Unix/RISC servers
If Linux on Intel is eating into Unix on RISC, are the days of the latter numbered? Are all those traditional Unix/RISC deployments going to migrate to Linux/Intel anytime soon? Mathew Boon, Principal Analyst, Hardware Platforms, Gartner says RISC will continue to be around for awhile.

"As we see Intel pushing up to the Unix market with their Xeon MP and 64-bit Itanium systems, one questions the survivability of the RISC/Unix market. We feel it will survive through 2010 or beyond," says Boon.
Boon made a presentation at the Nasscom-Gartner conference in Mumbai last year. He explained that Unix/RISC systems will continue to evolve and will be used for large back-end databases. These systems will offer mainframe-like capabilities.

"Intel systems will not take over RISC and RISC will not take over the mainframe. These will continue to have their own spheres of expertise," said Boon.

Meta Group analyst Phil Dawson has a similar opinion. "The volume RISC servers are going to move into a back-end database market. People will choose Intel for the volume market—the app server, the Web server. For database servers, they are going to decide if eight processors are enough. 8-way (Intel) servers are doing far more what a 24-way or 32-way RISC server was doing three years ago."

Dawson says performance is no longer an issue. Those customers who needed more than 8-way or 16-way systems would straightaway consider Unix as the back-end.

New Unix servers
The fact that leading server vendors (like IBM, Sun, HP, and Fujitsu) continue to invest in RISC/Unix may be taken as a sign of "extended life" for this platform. A new generation of high-end Unix servers, with high-availability and high-reliability mainframe-like features has emerged. These servers are ideal for consolidating smaller workloads and to host large applications.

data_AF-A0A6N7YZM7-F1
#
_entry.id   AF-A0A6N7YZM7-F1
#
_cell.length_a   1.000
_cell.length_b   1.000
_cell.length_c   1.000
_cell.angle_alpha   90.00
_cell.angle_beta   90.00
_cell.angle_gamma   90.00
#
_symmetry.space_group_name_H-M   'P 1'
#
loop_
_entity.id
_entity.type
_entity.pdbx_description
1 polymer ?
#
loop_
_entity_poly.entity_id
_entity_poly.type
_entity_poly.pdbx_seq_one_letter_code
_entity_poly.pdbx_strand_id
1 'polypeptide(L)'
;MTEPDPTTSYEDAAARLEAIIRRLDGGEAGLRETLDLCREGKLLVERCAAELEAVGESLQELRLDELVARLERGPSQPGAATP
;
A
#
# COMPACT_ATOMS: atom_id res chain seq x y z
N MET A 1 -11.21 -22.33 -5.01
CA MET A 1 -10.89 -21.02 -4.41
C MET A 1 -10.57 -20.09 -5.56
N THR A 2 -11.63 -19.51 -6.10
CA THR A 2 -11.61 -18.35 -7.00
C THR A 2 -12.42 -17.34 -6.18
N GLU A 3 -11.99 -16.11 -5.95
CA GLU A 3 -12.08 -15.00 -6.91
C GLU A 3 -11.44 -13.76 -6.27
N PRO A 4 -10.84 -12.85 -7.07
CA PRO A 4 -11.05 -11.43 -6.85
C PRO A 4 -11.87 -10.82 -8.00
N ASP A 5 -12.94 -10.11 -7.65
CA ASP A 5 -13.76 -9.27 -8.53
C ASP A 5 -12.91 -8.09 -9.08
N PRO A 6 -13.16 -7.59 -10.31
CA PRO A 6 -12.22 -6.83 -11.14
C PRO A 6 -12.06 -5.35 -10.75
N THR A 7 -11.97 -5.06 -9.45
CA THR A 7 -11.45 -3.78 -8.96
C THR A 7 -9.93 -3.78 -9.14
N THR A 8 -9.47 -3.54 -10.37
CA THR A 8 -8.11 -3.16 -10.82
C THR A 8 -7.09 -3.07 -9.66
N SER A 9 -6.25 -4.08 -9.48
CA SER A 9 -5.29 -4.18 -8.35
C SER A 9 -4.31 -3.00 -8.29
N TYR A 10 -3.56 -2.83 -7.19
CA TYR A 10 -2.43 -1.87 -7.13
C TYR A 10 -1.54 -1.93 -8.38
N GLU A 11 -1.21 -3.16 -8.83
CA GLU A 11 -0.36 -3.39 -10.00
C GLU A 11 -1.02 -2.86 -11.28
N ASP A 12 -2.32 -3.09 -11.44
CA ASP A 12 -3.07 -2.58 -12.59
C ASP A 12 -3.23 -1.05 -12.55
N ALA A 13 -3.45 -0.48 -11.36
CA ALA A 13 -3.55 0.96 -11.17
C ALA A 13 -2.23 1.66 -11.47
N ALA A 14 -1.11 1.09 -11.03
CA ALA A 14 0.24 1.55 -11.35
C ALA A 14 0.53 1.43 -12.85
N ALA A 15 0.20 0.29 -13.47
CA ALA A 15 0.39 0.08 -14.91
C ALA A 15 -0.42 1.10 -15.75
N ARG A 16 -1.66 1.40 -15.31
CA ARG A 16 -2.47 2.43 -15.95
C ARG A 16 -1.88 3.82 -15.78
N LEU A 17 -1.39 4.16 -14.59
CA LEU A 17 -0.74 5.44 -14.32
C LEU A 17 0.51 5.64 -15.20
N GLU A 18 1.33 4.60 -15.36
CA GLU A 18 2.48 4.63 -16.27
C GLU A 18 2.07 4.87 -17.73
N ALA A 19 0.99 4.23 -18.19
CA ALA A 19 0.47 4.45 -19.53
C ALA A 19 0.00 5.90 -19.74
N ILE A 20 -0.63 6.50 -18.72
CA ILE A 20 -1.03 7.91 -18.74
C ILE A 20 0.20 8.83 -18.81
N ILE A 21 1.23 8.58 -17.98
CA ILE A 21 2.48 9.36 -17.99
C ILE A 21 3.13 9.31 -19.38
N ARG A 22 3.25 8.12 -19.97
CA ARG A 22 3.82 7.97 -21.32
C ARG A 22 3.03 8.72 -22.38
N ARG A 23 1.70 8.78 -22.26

The current Sun Fire 12K and 15K high-end servers can scale to 72 or 106 processors and have interconnect technology from the erstwhile supercomputer maker Cray.

IBM's p690 Unix servers (popularly called Regatta) have inherent mainframe features with advanced functions such as partitioning, resource management and clustering.

HP's Superdome server has hardware and software partitioning along with resource and workload management software.

Multi-processor Intel servers
Intel Itanium servers are growing in strength. From the 4-way Xeon servers and dual Itanium systems, Intel and its partners are going full steam ahead to deliver 8-way, 16-way and 32-way systems. Intel has technical partnerships with IBM, HP, NEC, Bull, Hitachi, Fujitsu and Unisys—who have either pledged chipset support, devised their own architectures for multiprocessor systems, or co-working on 64-bit compiler technology. NEC and Fujitsu have already developed 32-way Itanium servers. Intel knows that multi-processor servers are the key to gaining market share in the high-end server space.